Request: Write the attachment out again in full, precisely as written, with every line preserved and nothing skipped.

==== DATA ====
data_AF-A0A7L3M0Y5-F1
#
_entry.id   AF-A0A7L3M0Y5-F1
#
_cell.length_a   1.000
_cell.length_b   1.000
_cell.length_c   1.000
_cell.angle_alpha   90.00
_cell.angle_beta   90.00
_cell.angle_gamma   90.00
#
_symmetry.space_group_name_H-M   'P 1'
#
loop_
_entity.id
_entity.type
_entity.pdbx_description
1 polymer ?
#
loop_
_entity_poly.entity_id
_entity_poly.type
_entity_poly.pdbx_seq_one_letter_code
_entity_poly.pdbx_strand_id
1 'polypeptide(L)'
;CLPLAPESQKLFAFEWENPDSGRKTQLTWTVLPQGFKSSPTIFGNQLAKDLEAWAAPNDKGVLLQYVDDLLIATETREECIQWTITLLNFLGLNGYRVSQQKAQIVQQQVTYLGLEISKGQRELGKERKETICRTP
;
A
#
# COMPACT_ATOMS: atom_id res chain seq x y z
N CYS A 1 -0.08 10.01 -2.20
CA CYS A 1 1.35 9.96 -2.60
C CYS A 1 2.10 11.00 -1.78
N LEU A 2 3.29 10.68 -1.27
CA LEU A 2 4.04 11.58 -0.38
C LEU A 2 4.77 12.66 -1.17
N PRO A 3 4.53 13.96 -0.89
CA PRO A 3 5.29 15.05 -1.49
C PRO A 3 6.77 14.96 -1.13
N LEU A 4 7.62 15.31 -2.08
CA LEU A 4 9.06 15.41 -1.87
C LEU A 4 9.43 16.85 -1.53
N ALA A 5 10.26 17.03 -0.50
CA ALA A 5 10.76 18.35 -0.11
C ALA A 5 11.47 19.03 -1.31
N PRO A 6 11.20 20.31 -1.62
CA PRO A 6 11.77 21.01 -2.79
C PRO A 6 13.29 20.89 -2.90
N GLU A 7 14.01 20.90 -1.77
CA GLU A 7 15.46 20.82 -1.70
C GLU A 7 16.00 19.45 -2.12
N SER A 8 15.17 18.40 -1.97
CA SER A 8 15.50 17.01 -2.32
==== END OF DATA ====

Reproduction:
data_AF-A0A7L3M0Y5-F1
#
_entry.id   AF-A0A7L3M0Y5-F1
#
_cell.length_a   1.000
_cell.length_b   1.000
_cell.length_c   1.000
_cell.angle_alpha   90.00
_cell.angle_beta   90.00
_cell.angle_gamma   90.00
#
_symmetry.space_group_name_H-M   'P 1'
#
loop_
_entity.id
_entity.type
_entity.pdbx_description
1 polymer ?
#
loop_
_entity_poly.entity_id
_entity_poly.type
_entity_poly.pdbx_seq_one_letter_code
_entity_poly.pdbx_strand_id
1 'polypeptide(L)'
;CLPLAPESQKLFAFEWENPDSGRKTQLTWTVLPQGFKSSPTIFGNQLAKDLEAWAAPNDKGVLLQYVDDLLIATETREECIQWTITLLNFLGLNGYRVSQQKAQIVQQQVTYLGLEISKGQRELGKERKETICRTP
;
A
#
# COMPACT_ATOMS: atom_id res chain seq x y z
N CYS A 1 -0.08 10.01 -2.20
CA CYS A 1 1.35 9.96 -2.60
C CYS A 1 2.10 11.00 -1.78
N LEU A 2 3.29 10.68 -1.27
CA LEU A 2 4.04 11.58 -0.38
C LEU A 2 4.77 12.66 -1.17
N PRO A 3 4.53 13.96 -0.89
CA PRO A 3 5.29 15.05 -1.49
C PRO A 3 6.77 14.96 -1.13
N LEU A 4 7.62 15.31 -2.08
CA LEU A 4 9.06 15.41 -1.87
C LEU A 4 9.43 16.85 -1.53
N ALA A 5 10.26 17.03 -0.50
CA ALA A 5 10.76 18.35 -0.11
C ALA A 5 11.47 19.03 -1.31
N PRO A 6 11.20 20.31 -1.62
CA PRO A 6 11.77 21.01 -2.79
C PRO A 6 13.29 20.89 -2.90
N GLU A 7 14.01 20.90 -1.77
CA GLU A 7 15.46 20.82 -1.70
C GLU A 7 16.00 19.45 -2.12
N SER A 8 15.17 18.40 -1.97
CA SER A 8 15.50 17.01 -2.32